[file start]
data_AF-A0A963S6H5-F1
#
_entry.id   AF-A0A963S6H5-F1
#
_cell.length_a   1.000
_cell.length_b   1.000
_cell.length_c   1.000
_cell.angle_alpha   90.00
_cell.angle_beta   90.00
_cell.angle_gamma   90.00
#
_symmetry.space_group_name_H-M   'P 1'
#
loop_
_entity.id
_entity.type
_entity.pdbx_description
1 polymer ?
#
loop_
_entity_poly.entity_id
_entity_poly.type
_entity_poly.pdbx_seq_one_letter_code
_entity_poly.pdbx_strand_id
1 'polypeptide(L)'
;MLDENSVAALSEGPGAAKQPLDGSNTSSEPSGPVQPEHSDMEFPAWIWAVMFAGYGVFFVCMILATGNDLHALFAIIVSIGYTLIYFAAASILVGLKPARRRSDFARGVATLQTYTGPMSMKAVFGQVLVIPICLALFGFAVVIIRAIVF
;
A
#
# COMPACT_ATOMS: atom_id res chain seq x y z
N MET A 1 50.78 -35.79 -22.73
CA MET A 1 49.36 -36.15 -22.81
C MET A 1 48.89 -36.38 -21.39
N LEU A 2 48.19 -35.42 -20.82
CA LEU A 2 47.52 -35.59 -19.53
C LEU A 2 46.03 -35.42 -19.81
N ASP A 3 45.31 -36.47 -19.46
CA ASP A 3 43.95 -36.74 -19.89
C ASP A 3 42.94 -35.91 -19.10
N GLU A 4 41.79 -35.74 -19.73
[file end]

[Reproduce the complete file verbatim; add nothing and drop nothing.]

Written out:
data_AF-A0A963S6H5-F1
#
_entry.id   AF-A0A963S6H5-F1
#
_cell.length_a   1.000
_cell.length_b   1.000
_cell.length_c   1.000
_cell.angle_alpha   90.00
_cell.angle_beta   90.00
_cell.angle_gamma   90.00
#
_symmetry.space_group_name_H-M   'P 1'
#
loop_
_entity.id
_entity.type
_entity.pdbx_description
1 polymer ?
#
loop_
_entity_poly.entity_id
_entity_poly.type
_entity_poly.pdbx_seq_one_letter_code
_entity_poly.pdbx_strand_id
1 'polypeptide(L)'
;MLDENSVAALSEGPGAAKQPLDGSNTSSEPSGPVQPEHSDMEFPAWIWAVMFAGYGVFFVCMILATGNDLHALFAIIVSIGYTLIYFAAASILVGLKPARRRSDFARGVATLQTYTGPMSMKAVFGQVLVIPICLALFGFAVVIIRAIVF
;
A
#
# COMPACT_ATOMS: atom_id res chain seq x y z
N MET A 1 50.78 -35.79 -22.73
CA MET A 1 49.36 -36.15 -22.81
C MET A 1 48.89 -36.38 -21.39
N LEU A 2 48.19 -35.42 -20.82
CA LEU A 2 47.52 -35.59 -19.53
C LEU A 2 46.03 -35.42 -19.81
N ASP A 3 45.31 -36.47 -19.46
CA ASP A 3 43.95 -36.74 -19.89
C ASP A 3 42.94 -35.91 -19.10
N GLU A 4 41.79 -35.74 -19.73